Education: key to South Sudan's future

In just a few days, on July 9, South Sudan will become the world’s newest nation.

There’s no doubt that South Sudan will start its new life as a member  of the community of nations at a significant crossroad: it faces both  immense challenges and immediate threats.

Yet it also has a unique opportunity to break with a past blighted by war and chart a new course.

Decisive leadership by the Government of South Sudan (GoSS) and  resolute support from the international community could transform the  lives of southern Sudan’s people and make the new nation a human  development success story.

Education, education, education

Education has a vital role to play in that success.

As one of the new country’s founding fathers, Dr John Garang,  constantly emphasized, it is through education that people and  countries build the  skills needed to strengthen self-reliance, expand  choices, and create shared prosperity.

But education illustrates both the immense challenges and the opportunities facing the new country.

South Sudan starts independent nationhood close to the bottom of the  global league table for educational opportunity, especially for young  girls. It has some of the world’s lowest primary school enrolment rates,  highest dropout rates and widest gender disparities.

However, these daunting challenges need to be set against the immense opportunity that the country also faces.

Since the 2005 peace agreement, the primary school population has  risen four-fold, by over 1 million children. More teachers are being  recruited, classrooms are being constructed and many children are  getting their first textbooks.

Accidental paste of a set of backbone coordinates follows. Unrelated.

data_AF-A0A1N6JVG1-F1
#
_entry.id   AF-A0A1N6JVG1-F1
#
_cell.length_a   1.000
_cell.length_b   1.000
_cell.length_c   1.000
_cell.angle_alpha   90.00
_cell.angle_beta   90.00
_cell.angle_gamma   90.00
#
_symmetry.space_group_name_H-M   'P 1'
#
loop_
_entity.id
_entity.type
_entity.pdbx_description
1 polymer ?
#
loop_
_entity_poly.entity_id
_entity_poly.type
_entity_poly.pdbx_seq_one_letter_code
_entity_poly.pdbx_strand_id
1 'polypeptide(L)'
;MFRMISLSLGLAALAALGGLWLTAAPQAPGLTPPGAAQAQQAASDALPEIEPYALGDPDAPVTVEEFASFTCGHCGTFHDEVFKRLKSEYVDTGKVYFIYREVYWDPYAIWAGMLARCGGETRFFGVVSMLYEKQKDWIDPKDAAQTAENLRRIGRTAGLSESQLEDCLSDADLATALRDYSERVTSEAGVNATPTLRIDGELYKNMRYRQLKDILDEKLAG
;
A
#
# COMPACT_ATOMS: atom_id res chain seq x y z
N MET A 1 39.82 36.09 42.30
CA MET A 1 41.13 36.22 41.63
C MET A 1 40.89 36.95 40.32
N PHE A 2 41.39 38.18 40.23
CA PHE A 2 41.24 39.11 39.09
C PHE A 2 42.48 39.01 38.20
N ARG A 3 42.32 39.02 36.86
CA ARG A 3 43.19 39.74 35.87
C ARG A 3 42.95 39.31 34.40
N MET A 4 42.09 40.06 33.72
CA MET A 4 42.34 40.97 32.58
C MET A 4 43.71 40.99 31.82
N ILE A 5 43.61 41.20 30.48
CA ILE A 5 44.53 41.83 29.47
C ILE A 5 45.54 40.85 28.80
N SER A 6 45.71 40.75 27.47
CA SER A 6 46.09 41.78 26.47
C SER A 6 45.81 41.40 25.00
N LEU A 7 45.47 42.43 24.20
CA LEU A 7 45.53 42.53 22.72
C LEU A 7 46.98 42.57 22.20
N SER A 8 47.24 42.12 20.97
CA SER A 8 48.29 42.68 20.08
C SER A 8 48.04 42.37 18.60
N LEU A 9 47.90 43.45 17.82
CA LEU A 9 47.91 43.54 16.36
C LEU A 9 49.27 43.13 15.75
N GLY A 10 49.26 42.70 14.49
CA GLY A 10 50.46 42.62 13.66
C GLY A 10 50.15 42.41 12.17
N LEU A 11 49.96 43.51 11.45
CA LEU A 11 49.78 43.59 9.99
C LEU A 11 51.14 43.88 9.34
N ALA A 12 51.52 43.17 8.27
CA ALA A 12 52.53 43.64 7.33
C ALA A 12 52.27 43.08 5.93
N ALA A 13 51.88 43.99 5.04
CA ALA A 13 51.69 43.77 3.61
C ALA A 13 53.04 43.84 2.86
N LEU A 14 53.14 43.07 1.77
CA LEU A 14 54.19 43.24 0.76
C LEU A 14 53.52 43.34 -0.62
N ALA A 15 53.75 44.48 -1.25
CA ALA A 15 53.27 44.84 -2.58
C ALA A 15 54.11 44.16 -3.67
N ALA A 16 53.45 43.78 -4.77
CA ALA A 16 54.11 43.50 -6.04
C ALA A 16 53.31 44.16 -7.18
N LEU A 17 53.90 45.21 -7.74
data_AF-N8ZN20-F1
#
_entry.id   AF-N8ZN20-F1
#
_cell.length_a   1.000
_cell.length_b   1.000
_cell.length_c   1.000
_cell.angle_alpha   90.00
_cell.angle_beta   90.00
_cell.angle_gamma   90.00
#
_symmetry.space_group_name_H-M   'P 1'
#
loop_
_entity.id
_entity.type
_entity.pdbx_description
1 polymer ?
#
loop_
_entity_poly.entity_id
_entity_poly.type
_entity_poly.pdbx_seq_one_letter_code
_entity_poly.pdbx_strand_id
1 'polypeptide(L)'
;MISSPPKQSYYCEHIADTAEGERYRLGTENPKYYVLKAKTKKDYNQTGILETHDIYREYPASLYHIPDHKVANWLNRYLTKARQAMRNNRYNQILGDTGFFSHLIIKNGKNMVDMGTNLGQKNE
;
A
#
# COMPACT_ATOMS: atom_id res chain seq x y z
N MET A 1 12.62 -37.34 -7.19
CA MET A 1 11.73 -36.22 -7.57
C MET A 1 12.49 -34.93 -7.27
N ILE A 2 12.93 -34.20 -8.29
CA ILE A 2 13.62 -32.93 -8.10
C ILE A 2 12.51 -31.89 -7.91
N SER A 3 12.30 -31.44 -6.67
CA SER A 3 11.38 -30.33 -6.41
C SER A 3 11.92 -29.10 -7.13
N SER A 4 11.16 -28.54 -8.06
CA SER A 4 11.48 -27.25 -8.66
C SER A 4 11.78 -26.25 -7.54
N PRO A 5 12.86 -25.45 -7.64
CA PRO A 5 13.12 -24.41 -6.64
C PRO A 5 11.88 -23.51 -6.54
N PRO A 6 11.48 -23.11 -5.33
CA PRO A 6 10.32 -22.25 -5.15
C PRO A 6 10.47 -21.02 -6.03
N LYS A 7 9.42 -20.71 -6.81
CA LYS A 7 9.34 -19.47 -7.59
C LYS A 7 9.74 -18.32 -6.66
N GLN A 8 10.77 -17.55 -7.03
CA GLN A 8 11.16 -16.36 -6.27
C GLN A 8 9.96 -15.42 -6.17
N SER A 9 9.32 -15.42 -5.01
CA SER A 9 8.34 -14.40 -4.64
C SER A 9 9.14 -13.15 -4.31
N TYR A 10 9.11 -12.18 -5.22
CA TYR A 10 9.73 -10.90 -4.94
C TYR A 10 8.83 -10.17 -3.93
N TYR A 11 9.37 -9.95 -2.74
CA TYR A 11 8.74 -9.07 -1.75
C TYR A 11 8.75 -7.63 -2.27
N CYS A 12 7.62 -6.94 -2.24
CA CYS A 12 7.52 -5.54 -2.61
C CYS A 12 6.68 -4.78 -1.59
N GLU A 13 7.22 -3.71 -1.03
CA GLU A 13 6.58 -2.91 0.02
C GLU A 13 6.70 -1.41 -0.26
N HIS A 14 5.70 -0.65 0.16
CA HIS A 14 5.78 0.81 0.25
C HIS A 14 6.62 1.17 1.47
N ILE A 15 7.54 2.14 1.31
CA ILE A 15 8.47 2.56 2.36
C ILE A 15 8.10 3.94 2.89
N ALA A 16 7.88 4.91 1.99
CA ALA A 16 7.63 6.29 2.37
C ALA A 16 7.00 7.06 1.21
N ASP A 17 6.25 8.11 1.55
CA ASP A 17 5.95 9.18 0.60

Supporting schools

On my recent visit to South Sudan I saw first hand how we’re  supporting these efforts, training teachers, building schools and  providing books.

For its part the government has also set the goal of achieving  universal primary education and doubling the secondary school population  by 2015 and is putting in place plans to improve quality.

The targets are ambitious but they reflect the aspirations of the  country’s leaders and the heartfelt belief of its population that South  Sudan’s future will be best secured through education.

Steady financing

And we know that they are right. The successful creation of an  education system that extends opportunity for quality education to all  will transform the lives of South Sudan’s people.

Seizing these opportunities will require not just national political  leadership, but sustained support from the international aid community.

Countries emerging from armed conflict need secure and predictable  long-term development financing, backed by support for peace and  security.

Funding issues

All too often, the governments of post-conflict countries are  provided with short-term, unpredictable humanitarian aid, which is of  limited value in delivering effective results and building capacity.

The slow pace of disbursement under a pooled fund administered by the World Bank has hampered financing for education.

And the overall aid effort suffers from under-financing,  fragmentation, weak coordination and a failure to put in place long-term  financing commitments.

Building the future

On the eve of independence we’re urging the international community  to support education in the world’s newest nation with the creation of a  consolidated pooled fund, with a specific funding stream for education  and the development of an aid partnership with a guarantee of long term,  predictable aid.

There is a real opportunity to exploit the window of opportunity  created by the peace agreement and South Sudan’s imminent independence  to set the country on a trajectory that offers hope, development, shared  prosperity and common security for all.